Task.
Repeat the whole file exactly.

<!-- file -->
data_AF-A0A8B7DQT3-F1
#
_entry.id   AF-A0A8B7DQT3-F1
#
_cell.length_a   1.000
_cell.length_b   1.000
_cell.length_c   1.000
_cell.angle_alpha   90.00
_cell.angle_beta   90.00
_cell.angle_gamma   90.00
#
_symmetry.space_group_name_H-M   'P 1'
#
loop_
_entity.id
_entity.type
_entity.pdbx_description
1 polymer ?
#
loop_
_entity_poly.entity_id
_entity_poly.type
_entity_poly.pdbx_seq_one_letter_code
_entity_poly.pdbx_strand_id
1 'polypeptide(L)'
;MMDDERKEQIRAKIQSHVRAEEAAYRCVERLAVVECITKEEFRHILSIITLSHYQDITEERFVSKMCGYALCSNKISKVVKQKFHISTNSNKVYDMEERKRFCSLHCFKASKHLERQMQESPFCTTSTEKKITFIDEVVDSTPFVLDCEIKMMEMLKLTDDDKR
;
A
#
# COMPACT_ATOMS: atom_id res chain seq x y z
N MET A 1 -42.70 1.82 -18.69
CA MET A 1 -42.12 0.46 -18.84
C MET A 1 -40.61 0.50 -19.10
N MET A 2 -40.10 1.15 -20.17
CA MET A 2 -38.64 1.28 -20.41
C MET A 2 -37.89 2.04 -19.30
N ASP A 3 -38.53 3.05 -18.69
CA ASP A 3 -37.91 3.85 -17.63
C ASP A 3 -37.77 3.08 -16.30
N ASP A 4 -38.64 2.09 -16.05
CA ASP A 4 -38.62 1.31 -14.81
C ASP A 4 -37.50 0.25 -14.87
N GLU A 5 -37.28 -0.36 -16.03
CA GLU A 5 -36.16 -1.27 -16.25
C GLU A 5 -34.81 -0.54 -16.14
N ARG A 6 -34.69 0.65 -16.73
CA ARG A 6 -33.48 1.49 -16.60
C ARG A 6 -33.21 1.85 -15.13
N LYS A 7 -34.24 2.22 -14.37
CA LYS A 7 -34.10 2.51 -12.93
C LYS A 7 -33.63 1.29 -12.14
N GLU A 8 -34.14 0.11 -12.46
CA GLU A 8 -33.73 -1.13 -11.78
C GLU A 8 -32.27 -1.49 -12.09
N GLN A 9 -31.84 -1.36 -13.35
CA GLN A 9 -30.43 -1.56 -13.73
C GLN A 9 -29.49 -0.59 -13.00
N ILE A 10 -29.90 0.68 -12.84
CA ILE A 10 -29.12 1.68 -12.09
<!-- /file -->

data_AF-A0A8B7DQT3-F1
#
_entry.id   AF-A0A8B7DQT3-F1
#
_cell.length_a   1.000
_cell.length_b   1.000
_cell.length_c   1.000
_cell.angle_alpha   90.00
_cell.angle_beta   90.00
_cell.angle_gamma   90.00
#
_symmetry.space_group_name_H-M   'P 1'
#
loop_
_entity.id
_entity.type
_entity.pdbx_description
1 polymer ?
#
loop_
_entity_poly.entity_id
_entity_poly.type
_entity_poly.pdbx_seq_one_letter_code
_entity_poly.pdbx_strand_id
1 'polypeptide(L)'
;MMDDERKEQIRAKIQSHVRAEEAAYRCVERLAVVECITKEEFRHILSIITLSHYQDITEERFVSKMCGYALCSNKISKVVKQKFHISTNSNKVYDMEERKRFCSLHCFKASKHLERQMQESPFCTTSTEKKITFIDEVVDSTPFVLDCEIKMMEMLKLTDDDKR
;
A
#
# COMPACT_ATOMS: atom_id res chain seq x y z
N MET A 1 -42.70 1.82 -18.69
CA MET A 1 -42.12 0.46 -18.84
C MET A 1 -40.61 0.50 -19.10
N MET A 2 -40.10 1.15 -20.17
CA MET A 2 -38.64 1.28 -20.41
C MET A 2 -37.89 2.04 -19.30
N ASP A 3 -38.53 3.05 -18.69
CA ASP A 3 -37.91 3.85 -17.63
C ASP A 3 -37.77 3.08 -16.30
N ASP A 4 -38.64 2.09 -16.05
CA ASP A 4 -38.62 1.31 -14.81
C ASP A 4 -37.50 0.25 -14.87
N GLU A 5 -37.28 -0.36 -16.03
CA GLU A 5 -36.16 -1.27 -16.25
C GLU A 5 -34.81 -0.54 -16.14
N ARG A 6 -34.69 0.65 -16.73
CA ARG A 6 -33.48 1.49 -16.60
C ARG A 6 -33.21 1.85 -15.13
N LYS A 7 -34.24 2.22 -14.37
CA LYS A 7 -34.10 2.51 -12.93
C LYS A 7 -33.63 1.29 -12.14
N GLU A 8 -34.14 0.11 -12.46
CA GLU A 8 -33.73 -1.13 -11.78
C GLU A 8 -32.27 -1.49 -12.09
N GLN A 9 -31.84 -1.36 -13.35
CA GLN A 9 -30.43 -1.56 -13.73
C GLN A 9 -29.49 -0.59 -13.00
N ILE A 10 -29.90 0.68 -12.84
CA ILE A 10 -29.12 1.68 -12.09